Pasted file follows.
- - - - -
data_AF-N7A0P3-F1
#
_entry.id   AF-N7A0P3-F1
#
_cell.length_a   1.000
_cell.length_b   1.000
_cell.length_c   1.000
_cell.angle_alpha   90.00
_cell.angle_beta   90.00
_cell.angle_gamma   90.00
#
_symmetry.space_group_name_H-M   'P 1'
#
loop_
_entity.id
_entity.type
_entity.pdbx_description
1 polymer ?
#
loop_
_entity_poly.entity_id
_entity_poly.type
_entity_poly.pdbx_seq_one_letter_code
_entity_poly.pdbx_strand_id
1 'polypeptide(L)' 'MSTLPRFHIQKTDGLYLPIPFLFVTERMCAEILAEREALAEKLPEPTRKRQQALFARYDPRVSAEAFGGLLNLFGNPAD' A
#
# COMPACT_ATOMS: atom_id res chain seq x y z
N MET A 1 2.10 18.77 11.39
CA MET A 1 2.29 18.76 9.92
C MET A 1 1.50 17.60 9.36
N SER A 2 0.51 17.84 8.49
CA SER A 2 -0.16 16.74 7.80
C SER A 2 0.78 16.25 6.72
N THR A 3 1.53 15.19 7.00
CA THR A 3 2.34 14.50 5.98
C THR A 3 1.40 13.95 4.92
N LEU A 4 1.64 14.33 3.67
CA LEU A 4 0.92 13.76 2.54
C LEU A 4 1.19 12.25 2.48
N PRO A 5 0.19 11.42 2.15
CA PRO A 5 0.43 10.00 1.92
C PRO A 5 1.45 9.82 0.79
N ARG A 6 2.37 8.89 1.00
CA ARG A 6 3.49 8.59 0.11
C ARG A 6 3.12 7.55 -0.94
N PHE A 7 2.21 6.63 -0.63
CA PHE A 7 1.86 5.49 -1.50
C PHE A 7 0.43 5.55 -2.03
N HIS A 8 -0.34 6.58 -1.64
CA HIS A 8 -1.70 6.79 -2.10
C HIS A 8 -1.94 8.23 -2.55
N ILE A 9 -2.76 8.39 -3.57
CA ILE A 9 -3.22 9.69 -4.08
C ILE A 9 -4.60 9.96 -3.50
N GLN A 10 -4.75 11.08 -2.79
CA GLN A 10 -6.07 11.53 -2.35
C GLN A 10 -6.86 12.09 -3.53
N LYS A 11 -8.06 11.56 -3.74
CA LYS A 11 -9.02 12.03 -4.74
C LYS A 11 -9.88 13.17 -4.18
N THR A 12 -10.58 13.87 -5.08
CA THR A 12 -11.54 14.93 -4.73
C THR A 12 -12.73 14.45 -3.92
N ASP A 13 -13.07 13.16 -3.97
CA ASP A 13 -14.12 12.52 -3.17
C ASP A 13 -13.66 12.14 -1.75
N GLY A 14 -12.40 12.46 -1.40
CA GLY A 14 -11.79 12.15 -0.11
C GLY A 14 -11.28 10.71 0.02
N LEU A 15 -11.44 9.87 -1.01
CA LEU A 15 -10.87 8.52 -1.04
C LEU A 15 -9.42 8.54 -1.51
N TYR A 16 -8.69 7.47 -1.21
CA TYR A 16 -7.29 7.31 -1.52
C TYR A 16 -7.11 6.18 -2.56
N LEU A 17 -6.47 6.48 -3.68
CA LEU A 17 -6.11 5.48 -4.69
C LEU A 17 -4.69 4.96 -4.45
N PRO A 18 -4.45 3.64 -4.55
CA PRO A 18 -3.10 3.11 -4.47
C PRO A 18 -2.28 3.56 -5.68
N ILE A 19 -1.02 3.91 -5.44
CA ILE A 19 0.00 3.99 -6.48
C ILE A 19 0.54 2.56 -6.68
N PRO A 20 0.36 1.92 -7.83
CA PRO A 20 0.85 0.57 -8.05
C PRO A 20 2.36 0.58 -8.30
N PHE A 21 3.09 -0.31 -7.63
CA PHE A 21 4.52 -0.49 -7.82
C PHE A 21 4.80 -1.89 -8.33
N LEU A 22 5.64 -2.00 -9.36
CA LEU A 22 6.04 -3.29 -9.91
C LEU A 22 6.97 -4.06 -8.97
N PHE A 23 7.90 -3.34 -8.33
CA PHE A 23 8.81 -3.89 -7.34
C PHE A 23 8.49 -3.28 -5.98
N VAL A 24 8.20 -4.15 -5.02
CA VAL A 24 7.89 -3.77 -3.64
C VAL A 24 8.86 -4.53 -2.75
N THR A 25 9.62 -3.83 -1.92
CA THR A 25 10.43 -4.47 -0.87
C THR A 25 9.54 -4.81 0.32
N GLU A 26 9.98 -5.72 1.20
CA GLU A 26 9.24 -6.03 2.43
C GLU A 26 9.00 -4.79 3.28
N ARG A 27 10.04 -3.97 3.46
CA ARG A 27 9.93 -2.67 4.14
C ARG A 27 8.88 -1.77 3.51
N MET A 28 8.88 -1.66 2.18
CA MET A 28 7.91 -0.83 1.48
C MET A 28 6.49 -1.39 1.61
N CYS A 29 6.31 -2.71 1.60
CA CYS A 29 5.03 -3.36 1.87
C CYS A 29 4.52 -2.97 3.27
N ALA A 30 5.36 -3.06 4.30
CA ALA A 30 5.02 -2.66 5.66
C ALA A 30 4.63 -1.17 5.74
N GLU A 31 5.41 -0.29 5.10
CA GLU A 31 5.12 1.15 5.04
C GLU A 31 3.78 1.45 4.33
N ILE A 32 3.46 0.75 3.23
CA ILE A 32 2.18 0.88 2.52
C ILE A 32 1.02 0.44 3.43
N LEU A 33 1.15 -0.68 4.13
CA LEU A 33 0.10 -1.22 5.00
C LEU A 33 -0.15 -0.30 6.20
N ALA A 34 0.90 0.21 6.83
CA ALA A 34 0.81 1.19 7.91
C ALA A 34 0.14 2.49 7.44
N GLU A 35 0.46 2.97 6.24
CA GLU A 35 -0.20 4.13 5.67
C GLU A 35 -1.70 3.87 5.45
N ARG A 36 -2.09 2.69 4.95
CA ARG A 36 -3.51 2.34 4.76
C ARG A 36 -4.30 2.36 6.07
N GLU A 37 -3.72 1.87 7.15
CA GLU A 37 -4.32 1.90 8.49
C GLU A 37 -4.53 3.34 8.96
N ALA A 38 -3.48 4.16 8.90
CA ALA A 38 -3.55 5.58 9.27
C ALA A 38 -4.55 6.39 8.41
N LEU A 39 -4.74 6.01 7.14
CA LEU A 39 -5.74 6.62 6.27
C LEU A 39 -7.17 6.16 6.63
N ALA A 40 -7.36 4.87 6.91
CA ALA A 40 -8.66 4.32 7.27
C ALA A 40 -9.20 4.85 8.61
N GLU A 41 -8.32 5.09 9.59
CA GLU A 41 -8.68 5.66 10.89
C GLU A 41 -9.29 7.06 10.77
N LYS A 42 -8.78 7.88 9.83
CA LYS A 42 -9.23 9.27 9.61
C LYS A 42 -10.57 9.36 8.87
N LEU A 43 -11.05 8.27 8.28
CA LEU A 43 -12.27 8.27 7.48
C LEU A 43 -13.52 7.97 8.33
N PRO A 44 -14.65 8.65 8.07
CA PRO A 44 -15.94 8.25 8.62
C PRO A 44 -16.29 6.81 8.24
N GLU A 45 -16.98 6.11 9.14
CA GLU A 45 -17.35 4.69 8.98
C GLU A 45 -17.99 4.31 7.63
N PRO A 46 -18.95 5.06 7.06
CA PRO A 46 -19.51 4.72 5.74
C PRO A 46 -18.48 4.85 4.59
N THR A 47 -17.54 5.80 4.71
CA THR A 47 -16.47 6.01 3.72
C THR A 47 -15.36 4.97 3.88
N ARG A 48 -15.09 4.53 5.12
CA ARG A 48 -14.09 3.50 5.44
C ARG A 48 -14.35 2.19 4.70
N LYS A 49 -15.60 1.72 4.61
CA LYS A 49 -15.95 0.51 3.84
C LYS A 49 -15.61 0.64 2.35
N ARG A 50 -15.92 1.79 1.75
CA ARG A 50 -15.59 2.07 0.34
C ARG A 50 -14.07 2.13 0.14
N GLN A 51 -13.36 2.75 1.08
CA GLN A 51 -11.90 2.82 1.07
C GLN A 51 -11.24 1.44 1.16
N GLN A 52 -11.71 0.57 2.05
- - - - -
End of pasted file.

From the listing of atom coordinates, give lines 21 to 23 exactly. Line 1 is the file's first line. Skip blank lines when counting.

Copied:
_entity_poly.entity_id
_entity_poly.type
_entity_poly.pdbx_seq_one_letter_code